Employment and Earnings2020-12-09T18:08:37-04:00

Trends in Employment and Earnings

Women’s status in the area of employment and earnings has improved on two indicators since the publication of IWPR’s last national report on the status of women, the 2004 Status of Women in the States, and remained unchanged or declined on two others. Women’s median annual earnings for full-time, year-round work in 2013 ($39,157) were nearly identical to their earnings for similar work in 2002 ($39,108 when adjusted to 2013 dollars). The gender earnings ratio improved during this time from 76.6 to 78.3 percent, narrowing the gender wage gap by 1.7 percentage points, and the share of women working in professional or managerial occupations grew from 33.2 to 39.9 percent. Women’s labor force participation rate, however, declined from 59.6 in 2002 to 57.0 percent in 2014.

1. District of Columbia51. Mississippi
2. Maryland50. West Virginia
3. Massachusetts49. Idaho
4. Connecticut48. Louisiana
5. New York47. Alabama
2902, 2004

Still a Man’s Labor Market: The Long-Term Earnings Gap

Although the wage gap, measured by conventional methods, has narrowed in the last several decades, with women who work full-time full-year now earning 77 percent of what men earn (compared with 59 cents on the male dollar 40 years ago), its sweeping effects are largely unacknowledged because its measurement is limited to a single year and restricted to only a portion of the workforce. When accumulated over many years for all men and women workers, the losses to women and their families due to the wage gap are large and can be devastating.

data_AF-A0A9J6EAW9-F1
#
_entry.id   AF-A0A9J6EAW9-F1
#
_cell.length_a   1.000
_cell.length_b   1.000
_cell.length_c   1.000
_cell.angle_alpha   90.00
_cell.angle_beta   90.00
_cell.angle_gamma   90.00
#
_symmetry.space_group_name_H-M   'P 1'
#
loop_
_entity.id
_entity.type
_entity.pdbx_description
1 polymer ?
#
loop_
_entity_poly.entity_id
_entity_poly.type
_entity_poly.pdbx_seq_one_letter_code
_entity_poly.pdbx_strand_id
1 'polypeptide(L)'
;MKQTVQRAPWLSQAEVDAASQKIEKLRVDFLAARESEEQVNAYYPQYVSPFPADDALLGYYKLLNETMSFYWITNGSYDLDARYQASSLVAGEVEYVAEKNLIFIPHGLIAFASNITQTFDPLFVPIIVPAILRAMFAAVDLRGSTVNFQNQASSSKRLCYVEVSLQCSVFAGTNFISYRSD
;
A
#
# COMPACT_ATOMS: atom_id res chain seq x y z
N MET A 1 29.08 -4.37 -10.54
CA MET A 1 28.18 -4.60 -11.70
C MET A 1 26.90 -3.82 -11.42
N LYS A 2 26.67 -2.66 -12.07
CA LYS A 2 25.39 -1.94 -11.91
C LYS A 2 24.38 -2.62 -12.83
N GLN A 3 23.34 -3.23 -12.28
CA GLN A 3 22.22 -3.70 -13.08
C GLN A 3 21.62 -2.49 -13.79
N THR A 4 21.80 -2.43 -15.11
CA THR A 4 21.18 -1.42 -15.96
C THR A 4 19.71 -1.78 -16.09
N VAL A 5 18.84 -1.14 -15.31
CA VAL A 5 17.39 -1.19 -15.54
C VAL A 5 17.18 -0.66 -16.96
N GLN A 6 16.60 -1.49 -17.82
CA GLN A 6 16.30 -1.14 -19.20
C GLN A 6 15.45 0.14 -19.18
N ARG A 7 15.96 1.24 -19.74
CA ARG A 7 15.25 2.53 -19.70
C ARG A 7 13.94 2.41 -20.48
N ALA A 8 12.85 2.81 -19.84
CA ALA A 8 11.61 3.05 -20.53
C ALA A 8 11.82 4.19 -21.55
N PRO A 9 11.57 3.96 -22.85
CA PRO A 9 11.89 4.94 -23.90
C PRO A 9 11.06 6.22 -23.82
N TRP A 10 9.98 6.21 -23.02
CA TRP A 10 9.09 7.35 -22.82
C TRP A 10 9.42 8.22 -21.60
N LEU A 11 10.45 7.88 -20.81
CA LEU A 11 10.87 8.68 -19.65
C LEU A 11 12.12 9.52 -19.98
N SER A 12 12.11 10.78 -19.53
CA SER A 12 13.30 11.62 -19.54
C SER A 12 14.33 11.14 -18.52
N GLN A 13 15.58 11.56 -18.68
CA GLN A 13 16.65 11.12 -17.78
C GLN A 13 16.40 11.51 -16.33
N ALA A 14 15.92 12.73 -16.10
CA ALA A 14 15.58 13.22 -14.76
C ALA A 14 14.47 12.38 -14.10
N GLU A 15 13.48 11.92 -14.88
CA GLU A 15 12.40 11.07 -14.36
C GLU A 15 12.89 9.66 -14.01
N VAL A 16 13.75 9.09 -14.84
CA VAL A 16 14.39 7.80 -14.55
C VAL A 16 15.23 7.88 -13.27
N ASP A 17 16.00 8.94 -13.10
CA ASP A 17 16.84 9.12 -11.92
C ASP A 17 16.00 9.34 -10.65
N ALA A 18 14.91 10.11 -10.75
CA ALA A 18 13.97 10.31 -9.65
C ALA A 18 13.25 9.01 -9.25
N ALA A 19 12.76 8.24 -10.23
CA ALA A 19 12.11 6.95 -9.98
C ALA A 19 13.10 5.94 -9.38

3101, 2004

The Impact of Disabilities on Mothers’ Work Participation: Examining Differences between Single and Married Mothers

This study examines the prevalence of disabilities among mothers and children and analyzes how these disabilities influence mothers’ work participation.

3110, 2003

The Gender Wage Gap: Progress of the 1980s Fails to Carry Through

The gender wage gap is much narrower now than it was at the start of the revolutionary decade of the 1960s, when long-standing barriers to women’s educational achievement and employment success began to be dismantled and the first of a series of critical equal employment opportunity standards were enacted by Congress.

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